Book (n.) - Clay, Wax, Wood, Paper, Binary
A fairly long document usually recorded in text but sometimes containing images or audio.
It can also refer to stack of paper bound together along one side, usually with a cover made of a heavier material.
History & Etymology
In the beginning there was clay. Clay tablets used by the Sumerians to record cuneiform text. Soft clay made it easy to make imprints with a stylus, and the writing could be erased simply. When the clay was baked it created a far more permanent method for recording text.
As technology progressed the Greeks began using wooden tablets coated in wax as a temporary writing surface, because it could be erased easy and didn’t weigh nearly as much as the clay tablets.
Centuries later the Vikings after adopting an alphabet from the Romans, adapted their alphabet in such a way that made it easy to carve in to rough hewn wood. We call this style of letters runes. Now, much has been said about the magical attributes of these characters, but their main use was much more mundane. They were used for labeling items and sending short messages back and forth to one another.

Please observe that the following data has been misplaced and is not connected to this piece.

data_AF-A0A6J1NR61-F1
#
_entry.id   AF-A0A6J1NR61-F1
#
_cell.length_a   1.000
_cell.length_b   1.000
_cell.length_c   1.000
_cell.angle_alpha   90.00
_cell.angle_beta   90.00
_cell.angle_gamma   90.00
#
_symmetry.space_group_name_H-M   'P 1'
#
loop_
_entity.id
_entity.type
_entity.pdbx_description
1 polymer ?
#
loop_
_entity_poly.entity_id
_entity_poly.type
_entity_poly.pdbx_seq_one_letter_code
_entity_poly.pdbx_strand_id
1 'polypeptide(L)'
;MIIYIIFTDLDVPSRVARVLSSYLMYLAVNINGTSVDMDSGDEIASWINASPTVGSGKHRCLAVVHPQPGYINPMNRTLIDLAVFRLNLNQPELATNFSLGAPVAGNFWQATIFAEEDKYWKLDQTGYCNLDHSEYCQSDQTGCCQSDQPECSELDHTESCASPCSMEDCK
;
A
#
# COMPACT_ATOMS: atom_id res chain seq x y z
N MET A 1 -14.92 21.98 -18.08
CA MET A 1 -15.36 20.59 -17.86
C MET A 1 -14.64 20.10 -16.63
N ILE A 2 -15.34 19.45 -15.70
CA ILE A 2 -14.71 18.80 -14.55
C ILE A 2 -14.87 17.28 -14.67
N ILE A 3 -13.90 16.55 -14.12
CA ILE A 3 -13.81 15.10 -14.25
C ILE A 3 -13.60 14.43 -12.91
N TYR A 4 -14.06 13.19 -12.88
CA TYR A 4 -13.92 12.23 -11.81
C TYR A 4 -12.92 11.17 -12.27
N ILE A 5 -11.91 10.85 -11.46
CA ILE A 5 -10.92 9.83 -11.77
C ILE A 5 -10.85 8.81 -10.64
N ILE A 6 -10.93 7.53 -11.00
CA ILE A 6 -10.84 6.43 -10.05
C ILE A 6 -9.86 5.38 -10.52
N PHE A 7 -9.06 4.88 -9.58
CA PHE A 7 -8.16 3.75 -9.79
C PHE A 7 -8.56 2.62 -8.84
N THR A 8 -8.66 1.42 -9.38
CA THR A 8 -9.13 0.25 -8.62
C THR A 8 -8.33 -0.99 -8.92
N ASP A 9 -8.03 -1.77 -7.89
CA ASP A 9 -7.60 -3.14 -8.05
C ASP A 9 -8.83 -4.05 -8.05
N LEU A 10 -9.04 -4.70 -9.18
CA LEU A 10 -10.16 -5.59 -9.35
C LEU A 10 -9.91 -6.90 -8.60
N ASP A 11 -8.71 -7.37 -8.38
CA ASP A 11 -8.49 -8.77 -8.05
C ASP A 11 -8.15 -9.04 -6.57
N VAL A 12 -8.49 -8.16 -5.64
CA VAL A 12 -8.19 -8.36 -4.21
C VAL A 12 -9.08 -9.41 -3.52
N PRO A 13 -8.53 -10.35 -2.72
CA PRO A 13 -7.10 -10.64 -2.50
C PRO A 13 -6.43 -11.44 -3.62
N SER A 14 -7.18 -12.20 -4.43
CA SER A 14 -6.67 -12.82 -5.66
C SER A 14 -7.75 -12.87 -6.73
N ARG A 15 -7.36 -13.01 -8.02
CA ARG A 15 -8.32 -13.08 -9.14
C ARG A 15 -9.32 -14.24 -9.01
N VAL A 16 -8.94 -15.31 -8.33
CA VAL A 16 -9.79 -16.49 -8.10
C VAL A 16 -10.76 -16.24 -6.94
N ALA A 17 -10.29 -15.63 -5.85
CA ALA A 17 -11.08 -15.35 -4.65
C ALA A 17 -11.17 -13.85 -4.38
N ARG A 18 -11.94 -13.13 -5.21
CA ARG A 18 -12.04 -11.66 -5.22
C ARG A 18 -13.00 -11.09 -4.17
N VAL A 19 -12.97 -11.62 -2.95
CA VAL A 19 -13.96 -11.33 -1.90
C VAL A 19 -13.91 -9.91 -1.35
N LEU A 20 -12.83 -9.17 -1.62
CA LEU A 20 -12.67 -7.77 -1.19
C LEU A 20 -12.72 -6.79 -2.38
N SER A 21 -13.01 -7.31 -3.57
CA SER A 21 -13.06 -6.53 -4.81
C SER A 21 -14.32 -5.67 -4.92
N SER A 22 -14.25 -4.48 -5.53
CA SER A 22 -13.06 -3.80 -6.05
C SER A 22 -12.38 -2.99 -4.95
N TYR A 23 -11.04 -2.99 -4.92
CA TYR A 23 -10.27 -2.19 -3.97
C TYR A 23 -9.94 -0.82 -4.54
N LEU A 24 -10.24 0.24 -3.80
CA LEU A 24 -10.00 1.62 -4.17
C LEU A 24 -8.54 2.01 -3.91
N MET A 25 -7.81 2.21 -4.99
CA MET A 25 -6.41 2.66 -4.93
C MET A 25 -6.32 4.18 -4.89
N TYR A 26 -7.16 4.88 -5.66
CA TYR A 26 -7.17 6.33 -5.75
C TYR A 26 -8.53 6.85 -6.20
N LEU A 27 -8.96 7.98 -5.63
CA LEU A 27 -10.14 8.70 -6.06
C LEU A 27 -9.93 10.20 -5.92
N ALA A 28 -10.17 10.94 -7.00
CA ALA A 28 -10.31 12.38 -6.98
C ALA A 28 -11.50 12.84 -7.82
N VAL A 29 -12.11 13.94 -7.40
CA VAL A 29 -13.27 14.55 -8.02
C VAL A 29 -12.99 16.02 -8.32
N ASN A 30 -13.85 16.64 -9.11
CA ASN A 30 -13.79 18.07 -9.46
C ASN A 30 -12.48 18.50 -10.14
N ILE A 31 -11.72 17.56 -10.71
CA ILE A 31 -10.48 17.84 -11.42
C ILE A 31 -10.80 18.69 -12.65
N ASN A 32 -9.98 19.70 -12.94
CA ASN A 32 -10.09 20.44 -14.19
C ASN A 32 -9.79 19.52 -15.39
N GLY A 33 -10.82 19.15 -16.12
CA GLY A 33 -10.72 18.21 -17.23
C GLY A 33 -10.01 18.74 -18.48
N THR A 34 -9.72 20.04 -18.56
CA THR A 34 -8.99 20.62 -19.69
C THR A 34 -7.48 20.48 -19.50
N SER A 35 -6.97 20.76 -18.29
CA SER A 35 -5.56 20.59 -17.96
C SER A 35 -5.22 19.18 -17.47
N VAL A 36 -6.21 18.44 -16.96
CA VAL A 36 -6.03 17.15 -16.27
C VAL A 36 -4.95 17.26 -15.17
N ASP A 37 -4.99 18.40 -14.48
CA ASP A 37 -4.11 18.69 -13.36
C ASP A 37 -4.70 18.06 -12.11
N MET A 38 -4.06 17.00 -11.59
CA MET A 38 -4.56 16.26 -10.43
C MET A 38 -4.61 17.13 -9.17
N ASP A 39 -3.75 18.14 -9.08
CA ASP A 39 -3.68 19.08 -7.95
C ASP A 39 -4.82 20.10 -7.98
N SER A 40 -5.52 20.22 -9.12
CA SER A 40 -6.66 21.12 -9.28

Runes were used to carve short messages in to wood. Usually planks that could be used for labeling or messages. Once the message was read or no longer needed it could be shaved and the plank could be used again for a new message. These were called runesticks.
Throughout the the germanic and norse world the word for wood was something similar to bokā-. Interestingly enough that’s the origin of the words beech, oak, buckwheat. If you go far enough back the PIE word was bhego-.
So as time went on anything that was used for recording runes or text was called things like bōk in Old Frisian and Old Saxon, buok in Old Dutch, and in many other germanic languages. Even in the Gothic language bōka referred to letters of the alphabet.
That’s where we get the word book in english.